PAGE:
o Are there any similarities or relationships with process mining techniques and also with workflow control and role patterns?
o Which phases of the BPM lifecycle (Design, Deployment, Performance, and Evaluation) are affected the most by social software?
o How can BPM profit from using social software?
o Which types of social software can be used in which phases of the BPM lifecycle?
* Business process implementation support by social software
o Which kinds of social software can be used to implement business processes?
o Which categories of business processes can profit from social software?
o How does social software interact with WFMS or other business process support systems?
o How can we use Wikis, Blogs etc. to support business processes?
o What new kinds of business knowledge representation are offered by social production?


Prospective authors are invited to submit papers for presentation in any of the areas listed above. Only papers in English will be accepted. Length of full papers must not exceed 12 pages (There is no possibility to buy additional pages). Position papers and tool reports should be no longer than 6 pages. Papers should be submitted in the new LNBIP format ( Papers have to present original research contributions not concurrently submitted elsewhere. The title page must contain a short abstract, a classification of the topics covered, preferably using the list of topics above, and an indication of the submission category (regular paper/position paper/tool report).

Papers (preferably in PDF format) should be emailed to

The paper selection will be based upon the relevance of a paper to the main topics, as well as upon its quality and potential to generate relevant discussion. All the workshop papers will be published by Springer as a post-proceeding volume (to be sent around 4 months after the workshop) in their Lecture Notes in Business Information Processing (LNBIP) series.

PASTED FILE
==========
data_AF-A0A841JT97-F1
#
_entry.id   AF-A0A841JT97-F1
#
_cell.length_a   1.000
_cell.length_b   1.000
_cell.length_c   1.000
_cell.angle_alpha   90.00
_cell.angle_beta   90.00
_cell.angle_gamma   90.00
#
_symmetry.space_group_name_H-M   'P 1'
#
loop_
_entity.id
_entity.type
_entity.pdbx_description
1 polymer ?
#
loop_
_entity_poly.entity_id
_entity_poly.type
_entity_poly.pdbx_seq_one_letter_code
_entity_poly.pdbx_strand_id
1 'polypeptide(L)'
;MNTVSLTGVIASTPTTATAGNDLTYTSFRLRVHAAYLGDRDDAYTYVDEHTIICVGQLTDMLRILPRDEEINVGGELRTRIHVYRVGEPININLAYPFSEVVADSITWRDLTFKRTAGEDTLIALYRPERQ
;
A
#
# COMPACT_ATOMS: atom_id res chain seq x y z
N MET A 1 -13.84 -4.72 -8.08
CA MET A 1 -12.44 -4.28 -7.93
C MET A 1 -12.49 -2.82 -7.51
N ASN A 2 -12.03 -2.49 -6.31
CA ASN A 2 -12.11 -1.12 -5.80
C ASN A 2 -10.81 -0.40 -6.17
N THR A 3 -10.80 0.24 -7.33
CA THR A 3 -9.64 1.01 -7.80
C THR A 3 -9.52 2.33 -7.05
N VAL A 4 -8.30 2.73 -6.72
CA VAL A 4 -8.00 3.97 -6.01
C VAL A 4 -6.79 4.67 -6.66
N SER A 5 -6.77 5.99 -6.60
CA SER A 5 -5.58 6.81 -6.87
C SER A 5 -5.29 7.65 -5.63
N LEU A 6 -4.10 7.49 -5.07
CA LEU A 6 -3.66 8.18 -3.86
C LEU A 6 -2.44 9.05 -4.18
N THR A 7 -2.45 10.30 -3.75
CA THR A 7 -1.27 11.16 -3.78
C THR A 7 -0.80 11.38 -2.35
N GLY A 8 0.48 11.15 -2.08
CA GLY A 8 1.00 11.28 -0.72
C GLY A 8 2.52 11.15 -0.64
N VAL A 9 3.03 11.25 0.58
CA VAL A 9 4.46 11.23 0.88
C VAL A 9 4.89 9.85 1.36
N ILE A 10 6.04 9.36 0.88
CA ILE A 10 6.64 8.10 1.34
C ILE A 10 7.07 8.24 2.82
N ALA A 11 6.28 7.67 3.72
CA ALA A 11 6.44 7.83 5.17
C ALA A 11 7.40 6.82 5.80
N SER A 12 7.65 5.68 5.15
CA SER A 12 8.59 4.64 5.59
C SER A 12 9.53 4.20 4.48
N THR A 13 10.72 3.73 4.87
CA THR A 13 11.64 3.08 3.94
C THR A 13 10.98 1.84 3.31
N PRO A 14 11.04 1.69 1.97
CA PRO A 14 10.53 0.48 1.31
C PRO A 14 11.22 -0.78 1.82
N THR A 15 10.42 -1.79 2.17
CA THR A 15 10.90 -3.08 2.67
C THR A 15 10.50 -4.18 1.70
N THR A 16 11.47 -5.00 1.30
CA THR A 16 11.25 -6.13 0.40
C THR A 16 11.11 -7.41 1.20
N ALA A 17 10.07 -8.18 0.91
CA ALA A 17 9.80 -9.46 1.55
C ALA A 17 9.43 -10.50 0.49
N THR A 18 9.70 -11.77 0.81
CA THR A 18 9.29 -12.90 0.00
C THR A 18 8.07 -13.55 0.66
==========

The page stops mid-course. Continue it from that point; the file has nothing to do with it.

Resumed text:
Expected results

All papers will be published on workshop wiki before the workshop, so that everybody can learn about the problems that are important for other participants.

A blog will be used to encourage and support discussions.

The workshop will consist of long and short paper presentations, brainstorming sessions and discussions.

The workshop report will be created collaboratively using a wiki.

A special issue over all workshops will be published in a journal (decision in progress).

Important dates

Paper submissions deadline: 7 May 2009

Notification of Acceptance: 2 June 2009

Camera-ready papers deadline: 17 June 2009

Workshop: 7 September 2009


Selmin Nurcan – University Paris 1 Panthéon Sorbonne, France

Rainer Schmidt – Aalen University , Germany
Workshop Program Committee

Ilia Bider - IbisSoft , Sweden

Jan Bosch - Intuit, Mountain View, California, USA

Tad Hogg - HP Information Dynamics Laboratory, Palo Alto , USA

Ralf Klamma - Informatik 5, RWTH Aachen, Germany

Dragan Gasevic - School of Computing and Information Systems, Athabasca University, Canada

Selmin Nurcan - University Paris 1 Pantheon Sorbonne, France

Anne Persson - School of Humanities and Informatics, University of Skövde, Sweden

Gil Regev - Ecole Polytechnique Fédérale de Lausanne, Itecor, Switzerland

Michael Rosemann - Faculty of Information Technology Queensland University of Technology, Australia

Nick Russell - Eindhoven University of Technology, The Netherlands

Rainer Schmidt - Aalen University, Aalen , Germany

Miguel-Ángel Sicilia, University of Alcalá , Madrid, Spain

Pnina Soffer - Department Of Management Information Systems, University of Haifa , Israel

Werner Geyer - IBM T.J. Watson Research, Collaborative User Experience Group, Cambridge, USA